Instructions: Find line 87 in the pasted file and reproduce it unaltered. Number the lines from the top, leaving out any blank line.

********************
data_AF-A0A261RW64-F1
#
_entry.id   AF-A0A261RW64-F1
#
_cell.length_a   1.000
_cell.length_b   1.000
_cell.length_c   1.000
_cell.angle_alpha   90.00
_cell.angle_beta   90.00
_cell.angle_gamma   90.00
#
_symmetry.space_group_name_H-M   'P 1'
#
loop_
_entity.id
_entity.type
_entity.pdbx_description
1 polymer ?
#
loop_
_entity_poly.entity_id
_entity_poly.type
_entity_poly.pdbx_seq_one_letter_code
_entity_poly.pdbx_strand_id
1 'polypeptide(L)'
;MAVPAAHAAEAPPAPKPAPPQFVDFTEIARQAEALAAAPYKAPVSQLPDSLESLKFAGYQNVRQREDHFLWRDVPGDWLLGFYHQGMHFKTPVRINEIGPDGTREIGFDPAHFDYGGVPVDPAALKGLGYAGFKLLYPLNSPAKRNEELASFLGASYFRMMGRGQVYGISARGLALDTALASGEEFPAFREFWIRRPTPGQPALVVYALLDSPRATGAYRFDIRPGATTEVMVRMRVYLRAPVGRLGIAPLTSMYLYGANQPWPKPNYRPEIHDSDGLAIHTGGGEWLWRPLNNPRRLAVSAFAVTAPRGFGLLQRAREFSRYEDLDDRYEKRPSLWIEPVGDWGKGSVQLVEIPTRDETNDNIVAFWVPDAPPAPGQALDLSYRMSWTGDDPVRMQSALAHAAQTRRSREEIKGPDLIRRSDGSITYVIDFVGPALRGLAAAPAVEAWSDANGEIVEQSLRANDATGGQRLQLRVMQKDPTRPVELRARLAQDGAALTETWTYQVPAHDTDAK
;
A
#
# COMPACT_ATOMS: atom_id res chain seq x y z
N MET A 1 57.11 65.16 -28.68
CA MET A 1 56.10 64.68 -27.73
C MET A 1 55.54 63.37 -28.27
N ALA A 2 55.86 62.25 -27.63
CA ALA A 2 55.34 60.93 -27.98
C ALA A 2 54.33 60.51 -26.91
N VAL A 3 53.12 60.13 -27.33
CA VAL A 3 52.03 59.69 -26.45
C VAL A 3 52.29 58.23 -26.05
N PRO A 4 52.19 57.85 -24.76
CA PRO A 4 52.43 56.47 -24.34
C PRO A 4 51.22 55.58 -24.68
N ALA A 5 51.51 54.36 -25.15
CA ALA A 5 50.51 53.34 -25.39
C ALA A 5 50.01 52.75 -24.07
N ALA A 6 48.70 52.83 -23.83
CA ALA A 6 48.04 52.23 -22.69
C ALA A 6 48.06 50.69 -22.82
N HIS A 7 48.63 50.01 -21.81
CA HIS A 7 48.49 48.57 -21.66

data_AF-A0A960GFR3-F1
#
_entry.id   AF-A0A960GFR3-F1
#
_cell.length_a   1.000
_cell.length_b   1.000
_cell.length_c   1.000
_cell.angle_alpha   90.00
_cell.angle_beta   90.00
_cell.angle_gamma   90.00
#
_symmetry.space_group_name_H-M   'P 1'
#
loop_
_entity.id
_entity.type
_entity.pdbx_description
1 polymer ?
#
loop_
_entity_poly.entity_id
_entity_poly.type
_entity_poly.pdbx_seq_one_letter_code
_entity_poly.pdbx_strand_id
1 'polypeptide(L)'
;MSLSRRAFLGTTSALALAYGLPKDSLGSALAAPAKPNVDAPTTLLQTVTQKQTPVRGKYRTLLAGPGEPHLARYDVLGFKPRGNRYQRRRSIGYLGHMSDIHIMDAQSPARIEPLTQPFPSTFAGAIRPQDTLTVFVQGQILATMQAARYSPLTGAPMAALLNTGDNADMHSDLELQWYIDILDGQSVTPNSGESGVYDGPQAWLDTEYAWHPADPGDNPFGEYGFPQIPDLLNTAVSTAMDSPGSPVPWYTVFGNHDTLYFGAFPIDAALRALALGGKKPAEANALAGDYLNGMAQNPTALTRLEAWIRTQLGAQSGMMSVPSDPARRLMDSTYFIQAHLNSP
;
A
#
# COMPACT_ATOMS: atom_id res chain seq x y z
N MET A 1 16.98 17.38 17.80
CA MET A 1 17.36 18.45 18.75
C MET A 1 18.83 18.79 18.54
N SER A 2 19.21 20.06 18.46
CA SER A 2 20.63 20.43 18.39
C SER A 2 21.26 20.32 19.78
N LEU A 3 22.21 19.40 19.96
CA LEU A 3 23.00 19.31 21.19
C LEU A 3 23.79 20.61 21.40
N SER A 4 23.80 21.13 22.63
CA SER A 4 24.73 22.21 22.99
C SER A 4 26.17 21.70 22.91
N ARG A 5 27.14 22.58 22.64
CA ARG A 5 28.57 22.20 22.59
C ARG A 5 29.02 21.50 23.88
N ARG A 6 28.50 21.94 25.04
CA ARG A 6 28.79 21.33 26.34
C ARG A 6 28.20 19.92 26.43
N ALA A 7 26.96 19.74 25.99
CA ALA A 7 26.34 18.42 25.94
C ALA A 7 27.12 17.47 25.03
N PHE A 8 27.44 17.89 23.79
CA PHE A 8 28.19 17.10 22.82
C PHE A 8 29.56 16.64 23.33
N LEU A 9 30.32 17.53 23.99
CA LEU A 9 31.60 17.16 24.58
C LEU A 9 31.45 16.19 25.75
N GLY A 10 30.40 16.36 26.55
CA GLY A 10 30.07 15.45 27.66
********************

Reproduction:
N LEU A 3 22.21 19.40 19.96